The prison door slams shut behind you as you desperately search for a way to survive your sentence. Your mind races as the clock starts on the frightening changes that will impact your mind and body when you go to prison. Some changes could last a lifetime.
Whether you are incarcerated for days or years, here is what could transpire while behind bars. No. 6 will blow your mind.
1. You may become sedentary
One study found most prisoners don’t meet the minimum of 30 minutes of moderate exercise per day. In fact, some prisoners lie in bed for more than nine hours per day.
Next: Some use their time to get in shape.
2. Or you could get ripped and drop pounds
One former prisoner blogged about how he got in shape during his stint in prison and used the time to workout and eat healthier. Incarcerated celebrities also lost weight behind bars and include Abby Lee Miller, Teresa Giudice and Martha Stewart.
Next: Risky behavior is more attractive.
3. You may develop an appetite for taking risks
Taking more chances and risky behavior may increase as you may feel as though, at this point, you have nothing to lose. One
epidemic risk for both male and female inmates is contracting HIV/AIDS, as the inmate population lives in limited and close quarters.
Next: Getting a good night of sleep may be challenging.
4. Your sleep patterns change
Being confined may lessen your ability to get a good night of sleep, which may lead to chronic insomnia, one study found. Lack of sleep leads to a number of health problems and was also found to contribute toward aggressive behavior in prison.
Next: You may become more childlike.
5. Connections become more primal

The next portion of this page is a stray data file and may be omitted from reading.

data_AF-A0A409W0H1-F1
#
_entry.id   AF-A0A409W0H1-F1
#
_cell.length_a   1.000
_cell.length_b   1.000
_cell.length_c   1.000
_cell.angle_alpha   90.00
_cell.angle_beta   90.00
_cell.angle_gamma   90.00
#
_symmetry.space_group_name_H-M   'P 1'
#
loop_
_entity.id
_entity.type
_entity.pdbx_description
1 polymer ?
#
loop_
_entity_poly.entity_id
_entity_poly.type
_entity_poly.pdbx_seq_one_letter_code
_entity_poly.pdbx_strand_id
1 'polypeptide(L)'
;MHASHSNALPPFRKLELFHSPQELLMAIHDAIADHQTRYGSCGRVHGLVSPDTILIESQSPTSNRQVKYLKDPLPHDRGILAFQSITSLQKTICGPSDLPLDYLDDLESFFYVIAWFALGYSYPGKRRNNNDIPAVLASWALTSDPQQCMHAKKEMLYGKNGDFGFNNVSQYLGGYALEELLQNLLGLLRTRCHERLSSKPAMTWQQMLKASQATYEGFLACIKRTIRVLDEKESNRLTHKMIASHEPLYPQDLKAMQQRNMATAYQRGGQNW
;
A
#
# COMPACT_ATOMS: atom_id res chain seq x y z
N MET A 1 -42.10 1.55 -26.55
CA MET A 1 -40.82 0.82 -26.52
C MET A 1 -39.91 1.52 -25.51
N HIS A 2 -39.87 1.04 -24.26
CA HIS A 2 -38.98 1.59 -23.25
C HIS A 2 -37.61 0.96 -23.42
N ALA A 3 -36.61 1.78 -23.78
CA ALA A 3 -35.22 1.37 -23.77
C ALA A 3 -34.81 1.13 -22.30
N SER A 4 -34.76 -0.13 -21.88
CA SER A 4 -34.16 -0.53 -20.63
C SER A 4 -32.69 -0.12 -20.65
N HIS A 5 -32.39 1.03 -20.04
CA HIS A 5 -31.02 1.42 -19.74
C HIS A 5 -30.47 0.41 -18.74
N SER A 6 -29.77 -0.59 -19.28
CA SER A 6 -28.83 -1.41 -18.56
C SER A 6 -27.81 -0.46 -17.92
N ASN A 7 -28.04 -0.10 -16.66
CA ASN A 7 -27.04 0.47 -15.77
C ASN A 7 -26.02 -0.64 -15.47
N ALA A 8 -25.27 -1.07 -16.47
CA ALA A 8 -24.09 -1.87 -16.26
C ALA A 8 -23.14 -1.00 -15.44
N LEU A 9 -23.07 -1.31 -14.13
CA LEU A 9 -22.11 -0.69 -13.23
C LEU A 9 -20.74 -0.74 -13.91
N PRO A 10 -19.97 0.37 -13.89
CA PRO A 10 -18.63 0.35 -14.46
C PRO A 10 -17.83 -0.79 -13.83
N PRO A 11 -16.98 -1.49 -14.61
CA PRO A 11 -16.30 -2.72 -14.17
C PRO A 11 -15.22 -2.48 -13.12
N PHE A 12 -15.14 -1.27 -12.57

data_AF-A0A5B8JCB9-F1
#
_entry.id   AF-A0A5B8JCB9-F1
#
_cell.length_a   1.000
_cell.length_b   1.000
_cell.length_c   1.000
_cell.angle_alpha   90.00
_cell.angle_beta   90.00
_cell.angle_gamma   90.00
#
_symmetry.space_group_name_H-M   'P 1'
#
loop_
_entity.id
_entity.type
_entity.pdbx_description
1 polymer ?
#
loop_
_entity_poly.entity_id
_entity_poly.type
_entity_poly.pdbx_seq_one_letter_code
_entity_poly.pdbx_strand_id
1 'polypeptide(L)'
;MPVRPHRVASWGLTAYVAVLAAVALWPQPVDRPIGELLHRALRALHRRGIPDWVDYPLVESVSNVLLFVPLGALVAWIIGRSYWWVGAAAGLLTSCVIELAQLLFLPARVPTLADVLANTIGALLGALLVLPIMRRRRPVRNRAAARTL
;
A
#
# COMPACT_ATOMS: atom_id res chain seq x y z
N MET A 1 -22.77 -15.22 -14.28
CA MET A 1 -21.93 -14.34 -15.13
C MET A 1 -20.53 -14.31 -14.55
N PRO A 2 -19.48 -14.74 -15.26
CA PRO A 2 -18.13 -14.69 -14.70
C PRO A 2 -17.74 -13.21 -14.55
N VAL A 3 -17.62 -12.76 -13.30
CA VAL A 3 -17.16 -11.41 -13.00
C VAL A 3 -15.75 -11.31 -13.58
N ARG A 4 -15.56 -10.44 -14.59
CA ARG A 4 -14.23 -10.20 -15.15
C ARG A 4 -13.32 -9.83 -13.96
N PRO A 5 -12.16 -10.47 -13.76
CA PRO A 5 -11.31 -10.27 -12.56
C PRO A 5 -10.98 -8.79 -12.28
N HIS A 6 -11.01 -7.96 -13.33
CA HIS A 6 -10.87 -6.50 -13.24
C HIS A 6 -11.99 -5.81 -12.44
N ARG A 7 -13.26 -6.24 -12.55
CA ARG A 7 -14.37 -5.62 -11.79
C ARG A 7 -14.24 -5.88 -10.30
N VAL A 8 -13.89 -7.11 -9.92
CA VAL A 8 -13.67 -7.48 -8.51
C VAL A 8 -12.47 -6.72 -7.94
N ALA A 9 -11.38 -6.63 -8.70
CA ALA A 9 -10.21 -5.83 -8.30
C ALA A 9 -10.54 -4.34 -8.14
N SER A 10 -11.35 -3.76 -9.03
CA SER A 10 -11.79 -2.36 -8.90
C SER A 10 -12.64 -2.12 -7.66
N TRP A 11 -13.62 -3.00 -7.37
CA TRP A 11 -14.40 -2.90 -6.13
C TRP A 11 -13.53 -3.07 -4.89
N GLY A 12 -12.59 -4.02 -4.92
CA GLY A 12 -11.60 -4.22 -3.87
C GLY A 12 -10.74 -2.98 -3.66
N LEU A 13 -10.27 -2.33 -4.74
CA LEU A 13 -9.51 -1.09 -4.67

As the cerebral cortex begins to shut down in prison, you’ll revert to more childlike behaviors and immature ways to connect, A&E TV reports. “It is part of the reason you see so many people in jail reverting to primitive kinds of behaviors and ways of relating,” Dr. Jamie Blandino told A&E TV.
Next: Anxiety may become commonplace.
6. Stress hormones go into overdrive
Stress hormones may recede after being incarcerated for some time, but you could experience panic attacks and have a hard time concentrating, depending upon how you handle stress. Those in solitary confinement may hallucinate and could suffer permanent brain damage from lengthy exposure to the stress hormone, Dr. Barbara Kirwin told A&E TV.
Next: Food tastes differently, especially once you are released.
7. Your sense of taste changes
One former prisoner blogged about his experience eating and drinking after being released from prison to Slate. “I’ve also had some challenges getting used to eating with silverware and real plates. During the entire time that I served in prison, I ate with plastic. Metal now tastes strange in my mouth, and it still feels strange for me to drink out of a glass.”
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